Nineteen nests have been destroyed so far this year – including four large ‘secondary nests’, each of which can house 6,000 hornets and 200 new queens.
And experts are now desperate to kill as many nests as possible before September – the month in which the queens will mate and hibernate, before re-emerging next spring to start their own colonies.
Although it is accepted that Asian hornets cannot be eradicated from Jersey, beekeepers are hoping to avoid a repeat of the crisis in Galicia in northern Spain, which has seen the number of nests rise from two in 2012 to 10,642 by 2016.
A group of volunteers, led by beekeeper John de Carteret, have been locating nests by trapping and marking hornets and following their movements.
He is now calling on more Islanders to join the team in an effort to manage the population. ‘Essentially, we need more people on the ground. The whole population of Jersey needs to be made aware of what we are facing and we want people to give a little bit of their time to help manage the spread.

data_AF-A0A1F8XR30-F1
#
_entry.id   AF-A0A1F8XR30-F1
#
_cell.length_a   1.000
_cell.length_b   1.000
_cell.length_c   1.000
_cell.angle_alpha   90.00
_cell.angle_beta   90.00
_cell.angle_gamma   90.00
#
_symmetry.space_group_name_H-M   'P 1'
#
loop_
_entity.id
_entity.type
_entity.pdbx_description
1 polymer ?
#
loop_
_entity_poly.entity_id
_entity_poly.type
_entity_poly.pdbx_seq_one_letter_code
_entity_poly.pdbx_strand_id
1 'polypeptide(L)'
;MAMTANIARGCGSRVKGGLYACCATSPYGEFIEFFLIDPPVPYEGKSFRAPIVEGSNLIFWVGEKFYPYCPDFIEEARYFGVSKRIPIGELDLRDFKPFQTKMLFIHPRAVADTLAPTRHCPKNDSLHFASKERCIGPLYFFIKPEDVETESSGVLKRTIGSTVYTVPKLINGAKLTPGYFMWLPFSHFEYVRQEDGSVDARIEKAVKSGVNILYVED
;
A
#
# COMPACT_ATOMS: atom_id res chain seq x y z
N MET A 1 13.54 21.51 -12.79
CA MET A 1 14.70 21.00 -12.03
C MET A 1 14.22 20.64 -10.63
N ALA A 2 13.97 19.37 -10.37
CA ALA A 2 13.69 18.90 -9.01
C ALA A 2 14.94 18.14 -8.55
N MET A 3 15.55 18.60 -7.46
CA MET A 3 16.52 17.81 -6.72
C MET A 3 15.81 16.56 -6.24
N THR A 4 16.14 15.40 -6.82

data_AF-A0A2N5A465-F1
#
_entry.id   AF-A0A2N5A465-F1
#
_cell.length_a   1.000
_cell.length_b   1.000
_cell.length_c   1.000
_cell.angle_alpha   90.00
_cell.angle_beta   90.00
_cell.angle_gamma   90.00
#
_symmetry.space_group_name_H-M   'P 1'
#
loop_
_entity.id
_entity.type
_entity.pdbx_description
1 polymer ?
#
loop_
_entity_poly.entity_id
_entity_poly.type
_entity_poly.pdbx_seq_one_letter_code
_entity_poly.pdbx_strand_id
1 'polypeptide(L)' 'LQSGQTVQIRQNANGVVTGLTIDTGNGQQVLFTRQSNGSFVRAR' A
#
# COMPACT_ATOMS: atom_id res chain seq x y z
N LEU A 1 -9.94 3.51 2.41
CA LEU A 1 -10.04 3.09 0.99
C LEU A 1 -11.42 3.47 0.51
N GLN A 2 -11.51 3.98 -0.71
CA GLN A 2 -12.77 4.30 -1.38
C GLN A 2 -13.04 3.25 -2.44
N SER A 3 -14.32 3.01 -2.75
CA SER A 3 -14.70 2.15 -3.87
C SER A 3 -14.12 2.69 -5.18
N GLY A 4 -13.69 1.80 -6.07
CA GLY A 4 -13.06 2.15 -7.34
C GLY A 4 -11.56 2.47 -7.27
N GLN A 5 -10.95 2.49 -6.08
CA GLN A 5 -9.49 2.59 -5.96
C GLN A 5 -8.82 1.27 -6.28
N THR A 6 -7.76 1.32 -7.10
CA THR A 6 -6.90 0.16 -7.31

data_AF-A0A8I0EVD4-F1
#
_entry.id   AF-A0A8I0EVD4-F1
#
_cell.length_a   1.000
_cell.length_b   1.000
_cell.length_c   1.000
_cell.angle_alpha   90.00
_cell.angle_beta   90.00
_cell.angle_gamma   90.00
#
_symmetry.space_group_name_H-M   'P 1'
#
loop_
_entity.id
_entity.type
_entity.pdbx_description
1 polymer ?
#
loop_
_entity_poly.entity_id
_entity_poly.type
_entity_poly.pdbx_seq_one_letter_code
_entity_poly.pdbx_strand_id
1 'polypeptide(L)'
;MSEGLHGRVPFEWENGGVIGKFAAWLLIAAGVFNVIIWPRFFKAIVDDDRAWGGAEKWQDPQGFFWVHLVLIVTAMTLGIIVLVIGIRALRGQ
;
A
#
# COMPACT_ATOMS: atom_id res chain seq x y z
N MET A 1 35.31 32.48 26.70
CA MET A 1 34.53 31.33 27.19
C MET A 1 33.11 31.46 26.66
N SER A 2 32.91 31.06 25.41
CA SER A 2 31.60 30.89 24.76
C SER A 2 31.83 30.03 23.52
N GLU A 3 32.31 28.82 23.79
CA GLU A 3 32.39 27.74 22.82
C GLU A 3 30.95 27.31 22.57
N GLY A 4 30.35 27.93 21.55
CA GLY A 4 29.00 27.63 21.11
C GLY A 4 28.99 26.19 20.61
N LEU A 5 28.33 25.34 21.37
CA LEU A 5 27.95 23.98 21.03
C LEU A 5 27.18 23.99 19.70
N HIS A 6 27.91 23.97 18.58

‘We have a team of about 30 at the moment and there is only so much we can do. Two parishes – St Peter and St Clement – currently have no volunteers. We want people to volunteer to give up their time to monitor the movement of the hornets at the bait stations we set up.’
He added: ‘There is a certain satisfaction in killing an individual Asian hornet, but you learn nothing from doing it. There is a report about a beekeeper in the south of France who killed thousands of Asian hornets outside his hives, and it made absolutely no difference. The key to all this is finding the nests.’
Asian hornets, which prey on bees and have caused a major decline in honey production in parts of the continent, were first spotted in Jersey in August 2016.
Although they are now established across the Island, the population appears to be concentrated in two areas: St Brelade’s Bay to St Aubin, and St Saviour between La Hougue Bie and St Saviour’s Road. This week a secondary nest was destroyed in the roof of a house in St Saviour’s Road. Another secondary nest was destroyed in a different St Saviour location earlier this year, and two others were destroyed in Ouaisné.
The volunteer team also believes there are nests in the area of Les Cinq Chênes in St Saviour, as well as Maufant, Green Island and St Brelade’s Bay.
Anyone wanting to volunteer should email their name and contact details to email@example.com and their correspondence will be forwarded to Mr de Carteret.